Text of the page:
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Europe Follows Scottish Independence Vote with Wariness and Hope

"Yes" supporters gather at a rally outside the BBC in Glasgow, Scotland, Sept. 14, 2014.

Europeans are closely following the run-up to Scotland's September 18 independence referendum with a mix of wariness and hope. Some European capitals fear a 'yes' vote may lead to demands for greater regional autonomy back home. There is also the question of whether an independent Scotland can join the European Union.

A massive march for independence took place last week. Not in Scotland, which holds a referendum on seceding from Britain September 18, but in Catalonia. Hundreds of thousands of Catalans poured into the streets of Barcelona ahead of their own November vote for independence from Spain. Some of the flags they brandished were Scottish ones.

London's Center for European Reform analyst Stephen Tindale said Scotland's upcoming vote has ramifications across the European Union.

"Support for Catalan is growing, and they are inspired by what the Scottish are doing. What's happening is being watched very closely by many other parts of Europe, so they (regional governments) can take the message and argue for more powers from their central governments or, in the Catalan case, complete independence," said Tindale.

In France, the island of Corsica has long had a simmering independence movement. In other French regions, activists are pushing for greater autonomy rather than full independence - like the Breton Democratic Union party in Brittany.

Mona Bras, the party's spokeswoman, said Scotland sets an example for Brittany, which is pushing to assert its linguistic and territorial identity and have greater say in things like managing water pollution.

Even if the 'no' vote wins next week - and Scotland remains part of Britain - Fabian Zuleeg, who heads the European Policy Centre, a Brussels think-tank, says it will motivate other European regions.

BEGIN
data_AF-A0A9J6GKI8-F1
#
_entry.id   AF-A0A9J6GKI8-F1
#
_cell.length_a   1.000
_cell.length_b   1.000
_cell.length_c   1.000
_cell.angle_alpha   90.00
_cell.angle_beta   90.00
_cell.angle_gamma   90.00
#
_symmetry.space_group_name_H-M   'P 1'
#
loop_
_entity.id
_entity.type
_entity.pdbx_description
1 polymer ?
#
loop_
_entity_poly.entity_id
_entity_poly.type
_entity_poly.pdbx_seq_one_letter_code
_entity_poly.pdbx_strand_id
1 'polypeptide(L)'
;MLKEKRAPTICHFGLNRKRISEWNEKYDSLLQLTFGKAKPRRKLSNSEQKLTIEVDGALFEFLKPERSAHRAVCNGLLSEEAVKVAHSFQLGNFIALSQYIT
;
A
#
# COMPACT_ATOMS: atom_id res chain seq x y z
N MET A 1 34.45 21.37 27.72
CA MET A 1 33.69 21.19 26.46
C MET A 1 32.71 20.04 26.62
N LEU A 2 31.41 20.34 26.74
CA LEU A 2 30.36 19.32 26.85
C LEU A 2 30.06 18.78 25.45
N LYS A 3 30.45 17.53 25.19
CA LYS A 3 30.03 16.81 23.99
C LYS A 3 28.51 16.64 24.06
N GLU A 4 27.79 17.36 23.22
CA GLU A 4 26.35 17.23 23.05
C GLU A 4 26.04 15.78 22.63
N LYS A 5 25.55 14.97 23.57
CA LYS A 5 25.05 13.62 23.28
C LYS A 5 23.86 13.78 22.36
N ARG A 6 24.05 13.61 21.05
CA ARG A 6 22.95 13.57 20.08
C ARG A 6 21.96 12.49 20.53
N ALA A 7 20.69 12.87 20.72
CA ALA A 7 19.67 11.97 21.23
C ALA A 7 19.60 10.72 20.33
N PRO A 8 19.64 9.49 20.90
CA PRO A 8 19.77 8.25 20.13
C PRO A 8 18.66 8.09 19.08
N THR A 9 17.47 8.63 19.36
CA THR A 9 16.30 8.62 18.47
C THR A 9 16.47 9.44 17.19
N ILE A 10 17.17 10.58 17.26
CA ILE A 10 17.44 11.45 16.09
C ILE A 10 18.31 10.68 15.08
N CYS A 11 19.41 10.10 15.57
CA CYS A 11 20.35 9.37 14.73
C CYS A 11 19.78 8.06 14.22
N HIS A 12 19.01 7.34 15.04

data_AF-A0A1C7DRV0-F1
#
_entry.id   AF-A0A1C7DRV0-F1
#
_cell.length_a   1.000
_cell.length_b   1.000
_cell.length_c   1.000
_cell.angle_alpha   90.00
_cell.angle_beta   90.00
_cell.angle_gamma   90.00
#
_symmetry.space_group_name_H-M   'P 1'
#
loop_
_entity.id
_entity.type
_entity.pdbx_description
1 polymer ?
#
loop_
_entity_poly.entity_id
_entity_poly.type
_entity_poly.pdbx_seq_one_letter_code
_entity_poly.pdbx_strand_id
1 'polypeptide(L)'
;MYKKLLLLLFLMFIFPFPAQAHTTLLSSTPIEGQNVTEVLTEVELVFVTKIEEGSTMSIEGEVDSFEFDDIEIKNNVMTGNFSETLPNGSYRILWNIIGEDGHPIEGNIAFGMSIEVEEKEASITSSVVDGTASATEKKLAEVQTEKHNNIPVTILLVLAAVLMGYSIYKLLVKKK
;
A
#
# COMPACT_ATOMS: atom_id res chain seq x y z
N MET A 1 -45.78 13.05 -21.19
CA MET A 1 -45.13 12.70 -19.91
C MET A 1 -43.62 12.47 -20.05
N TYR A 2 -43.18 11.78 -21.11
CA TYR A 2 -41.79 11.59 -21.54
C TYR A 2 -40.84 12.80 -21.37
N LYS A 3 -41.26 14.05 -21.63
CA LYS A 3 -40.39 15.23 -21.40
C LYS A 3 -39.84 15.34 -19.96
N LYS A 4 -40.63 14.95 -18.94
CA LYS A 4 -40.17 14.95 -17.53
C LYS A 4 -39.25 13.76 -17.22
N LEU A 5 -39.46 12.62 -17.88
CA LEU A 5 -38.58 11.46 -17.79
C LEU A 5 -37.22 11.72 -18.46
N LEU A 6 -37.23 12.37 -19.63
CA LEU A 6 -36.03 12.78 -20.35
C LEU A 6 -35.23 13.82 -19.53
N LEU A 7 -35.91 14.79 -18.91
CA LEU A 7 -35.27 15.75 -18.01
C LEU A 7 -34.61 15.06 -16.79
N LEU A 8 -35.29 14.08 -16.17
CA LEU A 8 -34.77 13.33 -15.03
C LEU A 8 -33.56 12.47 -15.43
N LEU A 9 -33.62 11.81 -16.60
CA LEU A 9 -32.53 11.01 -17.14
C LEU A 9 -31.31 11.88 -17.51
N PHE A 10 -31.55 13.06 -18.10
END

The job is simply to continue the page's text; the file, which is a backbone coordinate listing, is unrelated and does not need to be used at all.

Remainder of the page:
"This process in Scotland will actually lead to more demands for autonomy from a number of places. Because part of the deal for a 'no' [vote] is already the unionist parties have all offered quite far-reaching further powers to Scotland. So I would expect there would be a number of regions across Europe, which will look at that and say this is a deal which we would also like," said Zuleeg.

European governments are viewing the Scottish vote - and Scotland's potential EU membership - quite differently. Analyst Tindale said that is particularly true of countries with strong autonomy movements of their own.

"The Spanish, the Cypriots and the Belgians are all very nervous about letting in a breakaway country that was previously part of another member state. Because Catalonia, the Basque country, Flanders are all quite keen on separating from their existing state. And Cyprus is already divided between the Greek bit and the Turkish bit," said Tindale.

Whether an independent Scotland will actually be able to join the EU is unclear. Pro-independence campaigners want Scotland to remain in the 28-member block. But joining will not be automatic - and the biggest decider, Zuleeg believes, might be Britain.

"In my view, the decisions about whether Scotland would become a member of the European Union will be taken at national capitals… and of those national capitals, by far the most important one is London. It will depend a lot of separation negotiations between London and Edinburgh… whether EU membership and all that entails will form part of the negotiations," said Zuleeg.

Meanwhile, Britain's Conservative leader David Cameron has promised to hold a referendum on remaining in the EU if he stays in power after 2015. If pro-Europe Scotland leaves Britain, analysts say chances will increase for a 'no' vote, which raises the possibility of an independent Scotland being an EU member someday - while the rest of Britain is out.